FC Barcelona, which plays Seattle Sounders FC on Wednesday, is part of a new coalition supported by the Bill & Melinda Gates Foundation called United Against Malaria. The coalition is using the spotlight of the 2010 World Cup in South Africa to raise awareness and commitments globally to keep up the fight against malaria.

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The last time Sanna Nyassi had malaria, he thought he might not live. The symptoms felt familiar — he had a high fever and couldn’t hold down food. He’d had a bout with it a few years back at age 16, but this time it was worse.

Fortunately, he got treated and recovered after a month. The following year he was on his way to Seattle, recruited from his native Gambia to play soccer for the newly formed Seattle Sounders FC.

Now he’s one of several players raising the issue as part of a growing effort to link the world’s most popular sport with humanitarian causes.

Those efforts are being spearheaded by the No. 1 soccer club team in the world and the world’s largest charitable foundation.

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Nyassi and his team will compete with world champion FC Barcelona on Wednesday in Seattle, but off the field they are united against a common opponent: malaria. Nyassi, 20, worked with Nothing But Nets, a campaign to supply bed nets to people in poor countries.

“I was so lucky to survive it,” said Nyassi. “Some people couldn’t.”

Malaria kills a million people a year, mostly children in Africa. It’s caused by a parasite and spread by infected mosquitoes, but bites can be prevented with bed nets and cases treated successfully with prompt medicine.

FC Barcelona player Seydou Keita went back to his native Mali in March to distribute bed nets.

“In Mali many children didn’t have mosquito nets, so they became sick from malaria,” he said. “Many people died, but it was just accepted as a way of life.”

FC Barcelona is part of a new coalition supported by the Bill & Melinda Gates Foundation called United Against Malaria, which is using the spotlight of the 2010 World Cup in South Africa to raise awareness and commitments globally to keep up the fight.

For the Gates Foundation, bringing together sports teams, celebrities, corporations and various nonprofit organizations around malaria is a way to harness the power of popular culture to spread its messages.

In May, the Gates Foundation presented the idea for the campaign to the health ministers of African countries at a meeting in Geneva. Later, at dinner, 14 ministers signed a soccer ball saying they were committed to the project.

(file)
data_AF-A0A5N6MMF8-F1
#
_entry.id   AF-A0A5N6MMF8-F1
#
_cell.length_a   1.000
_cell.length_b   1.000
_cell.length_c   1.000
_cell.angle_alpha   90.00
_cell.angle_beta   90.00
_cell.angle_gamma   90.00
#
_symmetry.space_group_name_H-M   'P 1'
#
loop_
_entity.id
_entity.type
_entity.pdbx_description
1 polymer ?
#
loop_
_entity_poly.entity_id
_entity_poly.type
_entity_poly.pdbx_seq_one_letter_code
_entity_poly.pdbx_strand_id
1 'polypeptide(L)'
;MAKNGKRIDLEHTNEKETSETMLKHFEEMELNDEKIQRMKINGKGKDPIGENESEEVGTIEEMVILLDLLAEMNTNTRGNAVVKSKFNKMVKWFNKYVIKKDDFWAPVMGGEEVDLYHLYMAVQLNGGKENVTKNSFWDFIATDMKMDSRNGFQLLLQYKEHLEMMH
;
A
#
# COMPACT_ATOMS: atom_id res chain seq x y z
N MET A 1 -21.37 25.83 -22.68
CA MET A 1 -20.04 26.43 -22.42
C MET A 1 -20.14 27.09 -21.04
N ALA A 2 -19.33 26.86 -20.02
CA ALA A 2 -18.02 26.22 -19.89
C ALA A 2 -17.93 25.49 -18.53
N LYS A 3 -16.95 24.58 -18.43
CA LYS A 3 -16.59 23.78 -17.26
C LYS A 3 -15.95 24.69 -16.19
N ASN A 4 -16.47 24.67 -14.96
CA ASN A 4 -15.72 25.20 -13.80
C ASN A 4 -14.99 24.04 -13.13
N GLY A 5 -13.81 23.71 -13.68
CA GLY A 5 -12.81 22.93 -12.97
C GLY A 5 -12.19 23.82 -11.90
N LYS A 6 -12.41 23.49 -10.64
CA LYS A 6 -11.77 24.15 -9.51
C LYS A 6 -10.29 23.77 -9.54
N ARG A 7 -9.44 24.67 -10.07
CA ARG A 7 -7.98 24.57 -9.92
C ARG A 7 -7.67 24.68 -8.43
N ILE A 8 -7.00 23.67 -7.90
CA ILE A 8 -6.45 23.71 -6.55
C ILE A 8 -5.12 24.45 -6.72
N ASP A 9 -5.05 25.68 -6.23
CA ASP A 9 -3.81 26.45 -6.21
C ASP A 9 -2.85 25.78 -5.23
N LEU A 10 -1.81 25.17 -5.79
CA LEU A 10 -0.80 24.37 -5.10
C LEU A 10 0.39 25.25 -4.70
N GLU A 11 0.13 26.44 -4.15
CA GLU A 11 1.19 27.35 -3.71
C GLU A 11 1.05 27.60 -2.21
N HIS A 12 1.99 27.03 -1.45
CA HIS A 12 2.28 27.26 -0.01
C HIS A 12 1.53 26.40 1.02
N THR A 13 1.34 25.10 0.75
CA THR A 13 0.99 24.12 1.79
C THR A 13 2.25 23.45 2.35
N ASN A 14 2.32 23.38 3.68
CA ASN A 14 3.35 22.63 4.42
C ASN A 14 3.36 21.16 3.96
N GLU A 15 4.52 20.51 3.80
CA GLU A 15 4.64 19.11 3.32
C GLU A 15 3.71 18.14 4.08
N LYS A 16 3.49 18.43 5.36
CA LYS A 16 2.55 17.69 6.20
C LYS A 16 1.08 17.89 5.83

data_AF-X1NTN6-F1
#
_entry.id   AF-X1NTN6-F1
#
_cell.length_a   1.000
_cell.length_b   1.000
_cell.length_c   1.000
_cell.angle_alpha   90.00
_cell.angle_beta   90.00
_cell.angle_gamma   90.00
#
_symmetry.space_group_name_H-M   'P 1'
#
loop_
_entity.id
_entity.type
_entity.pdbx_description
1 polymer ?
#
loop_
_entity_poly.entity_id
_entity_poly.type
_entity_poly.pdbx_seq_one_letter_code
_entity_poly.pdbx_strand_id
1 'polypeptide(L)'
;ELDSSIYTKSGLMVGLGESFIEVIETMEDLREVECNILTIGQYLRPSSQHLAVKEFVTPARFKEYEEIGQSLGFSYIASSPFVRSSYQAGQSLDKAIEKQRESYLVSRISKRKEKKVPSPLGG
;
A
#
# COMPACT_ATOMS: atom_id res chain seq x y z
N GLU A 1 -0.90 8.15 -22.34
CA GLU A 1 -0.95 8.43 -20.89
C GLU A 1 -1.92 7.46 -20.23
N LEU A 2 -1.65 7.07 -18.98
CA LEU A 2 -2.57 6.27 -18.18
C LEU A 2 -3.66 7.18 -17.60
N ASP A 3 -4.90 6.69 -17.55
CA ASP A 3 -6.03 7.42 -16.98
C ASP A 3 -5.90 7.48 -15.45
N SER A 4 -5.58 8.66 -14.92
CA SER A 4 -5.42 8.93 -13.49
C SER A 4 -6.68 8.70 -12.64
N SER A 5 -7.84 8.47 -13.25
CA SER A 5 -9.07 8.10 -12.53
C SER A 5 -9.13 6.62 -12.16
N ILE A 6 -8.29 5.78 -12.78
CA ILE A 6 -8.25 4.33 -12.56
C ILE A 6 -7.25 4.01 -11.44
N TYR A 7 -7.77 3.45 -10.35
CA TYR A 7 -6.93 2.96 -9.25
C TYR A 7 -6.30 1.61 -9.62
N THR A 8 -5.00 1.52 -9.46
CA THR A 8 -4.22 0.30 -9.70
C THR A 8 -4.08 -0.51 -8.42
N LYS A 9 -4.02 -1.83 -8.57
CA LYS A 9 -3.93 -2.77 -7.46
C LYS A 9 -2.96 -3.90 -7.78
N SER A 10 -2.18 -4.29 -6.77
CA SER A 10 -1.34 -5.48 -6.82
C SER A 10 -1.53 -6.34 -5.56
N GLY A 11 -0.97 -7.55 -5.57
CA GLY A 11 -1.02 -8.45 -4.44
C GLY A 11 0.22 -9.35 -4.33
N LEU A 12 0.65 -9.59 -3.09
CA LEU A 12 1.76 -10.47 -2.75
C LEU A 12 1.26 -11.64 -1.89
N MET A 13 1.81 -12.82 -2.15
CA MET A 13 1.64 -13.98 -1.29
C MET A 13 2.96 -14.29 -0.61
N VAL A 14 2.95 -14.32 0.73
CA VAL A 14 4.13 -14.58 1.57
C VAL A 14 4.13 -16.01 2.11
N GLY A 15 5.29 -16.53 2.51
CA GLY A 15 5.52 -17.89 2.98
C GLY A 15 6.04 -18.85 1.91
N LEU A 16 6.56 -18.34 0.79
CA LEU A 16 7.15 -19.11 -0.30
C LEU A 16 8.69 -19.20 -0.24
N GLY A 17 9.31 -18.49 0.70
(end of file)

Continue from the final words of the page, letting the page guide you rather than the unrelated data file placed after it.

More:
“There was a lot of energy and excitement in the room about how it could help move the needle,” said Gabrielle Fitzgerald, senior program officer at the Gates Foundation.

The project fit perfectly with FC Barcelona, which had already made humanitarian work part of its brand. In 2006 the club decided to forgo millions of dollars in endorsements to promote UNICEF on its jerseys and donate 1.5 million euros a year to benefit children affected by HIV and AIDS. Barcelona is now getting behind United Against Malaria, starting by wearing the logo on its current U.S. tour.

Marta Segu, executive director of the FC Barcelona Foundation, said a global social conscience has become one of the club’s hallmarks.

“The world of football has expanded a lot, and they’re making a lot of money. So it’s a social responsibility to give back to society what the society has given to the club for 110 years,” she said.

“We want to focus on the most needed of society, especially children and youth.”

Wednesday’s game will feature messages about malaria on the stadium screen. Future plans include a major online effort asking people to “pass the ball” and a project with African telecom operator MTN to get the word out through text messaging, Fitzgerald said.

The World Cup 2010, to be held for the first time on African soil starting next June, coincides with ambitious targets for eradicating malaria. The United Nations goal of universal access to mosquito nets and malaria medicine in Africa by the end of 2010 is a crucial first step to reducing deaths to near zero by 2015.

The Gates Foundation realized many of its partners on malaria had ties to soccer communities, from Malaria No More to the ONE campaign to Nothing But Nets. “We thought if we leveraged all the work there could be a much stronger effort” focused on the 2010 goals, Fitzgerald said.

The Gates Foundation has poured in about $1.4 billion to fight a disease that almost no one paid attention to 10 years ago. Some countries are starting to see success in reducing malaria deaths, and now it’s a matter of keeping the commitment.

“People in Africa and around the world are realizing that no person has to die from malaria,” said Keita. “My country can be so much stronger without this disease.”

“I think soccer is the best way to sensitize people about malaria,” Nyassi said. “It’s the most popular game in the world. It’s going to make a very big difference.”

Kristi Heim: 206-464-2718 or kheim@seattletimes.com

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